Well, Well Well! So, the bitcoin “bubble” (oh sure, like there is one) could be “popped” by a couple sellers exacerbating the slow transaction speed and causing massive exit congestion. Hmmmm, maybe. The $500M Dragon ICO has been pushed back a couple weeks because of extreme congestion on the Bitcoin and Ethereum Networks. Certainly a possibility as we have seen similar action in equity markets (1987, Flash Crash, etc). BUT, here’s the counter; a bubble, how silly. And why would anyone want to sell their bitcoin holdings if it is going UP (price to be named later). Oh yeah, that’s sarcastic humor folks (by the way, I am a bitcoin bull……….so we probably are close to a top).
- “Bitcoin is becoming increasingly illiquid.
- As more people buy bitcoin, the network becomes congested and transaction times get longer.
- Transaction fees are getting higher, too.
- This will be a real problem if the price crashes and everyone tries to get out at the same time.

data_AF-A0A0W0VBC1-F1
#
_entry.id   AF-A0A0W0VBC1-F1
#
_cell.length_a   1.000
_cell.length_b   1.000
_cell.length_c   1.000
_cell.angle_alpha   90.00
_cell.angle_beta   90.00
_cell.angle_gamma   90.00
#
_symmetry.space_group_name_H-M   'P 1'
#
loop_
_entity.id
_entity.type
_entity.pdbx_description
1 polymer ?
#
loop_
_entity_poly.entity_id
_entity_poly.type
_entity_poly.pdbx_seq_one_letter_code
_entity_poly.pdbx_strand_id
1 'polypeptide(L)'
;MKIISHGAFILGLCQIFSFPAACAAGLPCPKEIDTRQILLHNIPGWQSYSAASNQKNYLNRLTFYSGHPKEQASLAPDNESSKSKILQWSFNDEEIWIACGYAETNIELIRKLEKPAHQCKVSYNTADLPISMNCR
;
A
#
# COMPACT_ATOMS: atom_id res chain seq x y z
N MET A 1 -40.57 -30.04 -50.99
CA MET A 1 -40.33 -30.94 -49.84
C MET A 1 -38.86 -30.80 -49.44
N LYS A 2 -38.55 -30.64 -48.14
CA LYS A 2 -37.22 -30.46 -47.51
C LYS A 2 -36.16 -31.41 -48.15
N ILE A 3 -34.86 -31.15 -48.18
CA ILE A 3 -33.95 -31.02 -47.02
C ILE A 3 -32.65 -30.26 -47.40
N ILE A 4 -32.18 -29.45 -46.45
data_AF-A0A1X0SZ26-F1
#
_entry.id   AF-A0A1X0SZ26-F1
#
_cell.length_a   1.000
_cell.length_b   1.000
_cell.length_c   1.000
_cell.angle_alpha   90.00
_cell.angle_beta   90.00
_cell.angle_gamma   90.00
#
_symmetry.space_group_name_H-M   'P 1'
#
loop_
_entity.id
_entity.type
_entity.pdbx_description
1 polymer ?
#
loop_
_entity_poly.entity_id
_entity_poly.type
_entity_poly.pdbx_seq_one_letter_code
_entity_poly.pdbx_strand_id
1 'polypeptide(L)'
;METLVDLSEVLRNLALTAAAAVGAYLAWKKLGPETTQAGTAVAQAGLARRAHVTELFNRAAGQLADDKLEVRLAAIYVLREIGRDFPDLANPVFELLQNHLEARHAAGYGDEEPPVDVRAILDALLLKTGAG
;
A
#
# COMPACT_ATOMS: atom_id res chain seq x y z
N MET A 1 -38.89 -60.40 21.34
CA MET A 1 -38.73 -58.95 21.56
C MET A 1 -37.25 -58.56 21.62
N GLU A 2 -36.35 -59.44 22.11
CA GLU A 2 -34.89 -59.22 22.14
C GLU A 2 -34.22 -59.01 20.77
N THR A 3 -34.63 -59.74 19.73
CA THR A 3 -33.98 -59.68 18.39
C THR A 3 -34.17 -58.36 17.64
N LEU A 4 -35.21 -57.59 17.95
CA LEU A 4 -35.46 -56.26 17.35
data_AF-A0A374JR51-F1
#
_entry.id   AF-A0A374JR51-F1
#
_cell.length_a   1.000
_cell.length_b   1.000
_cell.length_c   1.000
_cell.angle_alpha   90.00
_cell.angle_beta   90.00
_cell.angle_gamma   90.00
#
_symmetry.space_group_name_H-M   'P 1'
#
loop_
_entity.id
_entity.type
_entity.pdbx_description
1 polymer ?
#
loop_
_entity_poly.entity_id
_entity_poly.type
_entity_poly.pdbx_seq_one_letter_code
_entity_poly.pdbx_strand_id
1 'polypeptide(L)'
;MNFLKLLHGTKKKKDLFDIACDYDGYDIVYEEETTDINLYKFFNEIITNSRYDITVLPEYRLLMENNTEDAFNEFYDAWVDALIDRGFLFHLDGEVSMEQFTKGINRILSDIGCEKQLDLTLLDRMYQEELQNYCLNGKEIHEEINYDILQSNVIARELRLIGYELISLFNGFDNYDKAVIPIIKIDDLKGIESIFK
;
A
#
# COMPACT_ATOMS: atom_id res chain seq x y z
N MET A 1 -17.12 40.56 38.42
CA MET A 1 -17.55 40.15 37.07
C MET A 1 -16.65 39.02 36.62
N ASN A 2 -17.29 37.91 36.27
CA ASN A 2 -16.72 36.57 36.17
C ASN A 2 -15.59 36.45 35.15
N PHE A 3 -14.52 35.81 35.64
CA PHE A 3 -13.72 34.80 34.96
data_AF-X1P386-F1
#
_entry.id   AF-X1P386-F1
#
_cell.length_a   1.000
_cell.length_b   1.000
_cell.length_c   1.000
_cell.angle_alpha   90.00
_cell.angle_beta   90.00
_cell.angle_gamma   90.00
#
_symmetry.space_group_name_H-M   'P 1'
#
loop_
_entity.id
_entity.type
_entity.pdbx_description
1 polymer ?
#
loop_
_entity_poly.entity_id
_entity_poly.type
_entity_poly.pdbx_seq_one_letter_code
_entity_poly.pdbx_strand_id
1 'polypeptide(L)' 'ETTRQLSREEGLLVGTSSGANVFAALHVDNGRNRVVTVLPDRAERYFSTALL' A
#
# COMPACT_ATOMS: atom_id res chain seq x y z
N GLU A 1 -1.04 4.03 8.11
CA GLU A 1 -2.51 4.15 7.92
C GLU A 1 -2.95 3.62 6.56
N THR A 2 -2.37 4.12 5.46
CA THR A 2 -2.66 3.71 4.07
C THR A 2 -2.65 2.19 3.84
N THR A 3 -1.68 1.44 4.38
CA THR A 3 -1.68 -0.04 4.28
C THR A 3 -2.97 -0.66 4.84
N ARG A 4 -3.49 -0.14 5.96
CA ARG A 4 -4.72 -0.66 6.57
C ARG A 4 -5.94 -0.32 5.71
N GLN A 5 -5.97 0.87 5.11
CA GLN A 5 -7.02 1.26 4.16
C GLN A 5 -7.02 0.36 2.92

This chart shows a seven-day average of the total number of minutes it takes to confirm a bitcoin transaction, since May 2016.
Like the price of bitcoin itself, transaction time has been rising as the months go by. Right now, it takes four and a half hours to confirm a bitcoin trade, on average.
Blockchain Luxembourg SARL
If you are holding bitcoin and worried that the price – which cleared $17,000 last week — is a bubble, then bitcoin transaction times should really start to scare you.
The price of bitcoin is shifting up and down by hundreds or thousands of dollars each day. No one knows what the price will be one hour from now — but we know it will be very, very different.
And the schedule for the world’s largest initial coin offering, the $500 million Dragon casino offering, has been pushed back two weeks.
“Due to the extreme congestion on both the Bitcoin and Ethereum Networks, ICO investors or contributors have faced significant challenges when transferring their Bitcoin and Ethereum to participate in the Dragon Pre-ICO,” it said in a press release.
The transaction time is built into the system, as each transaction must be confirmed by six bitcoin miners. There is a finite number of them, and the more transactions they have to confirm, the longer it takes as their network bandwidth fills.
Worse, they charge for transactions and prioritize transactions based on price. Those who pay more get processed first…”
Full Story at BusinessInsider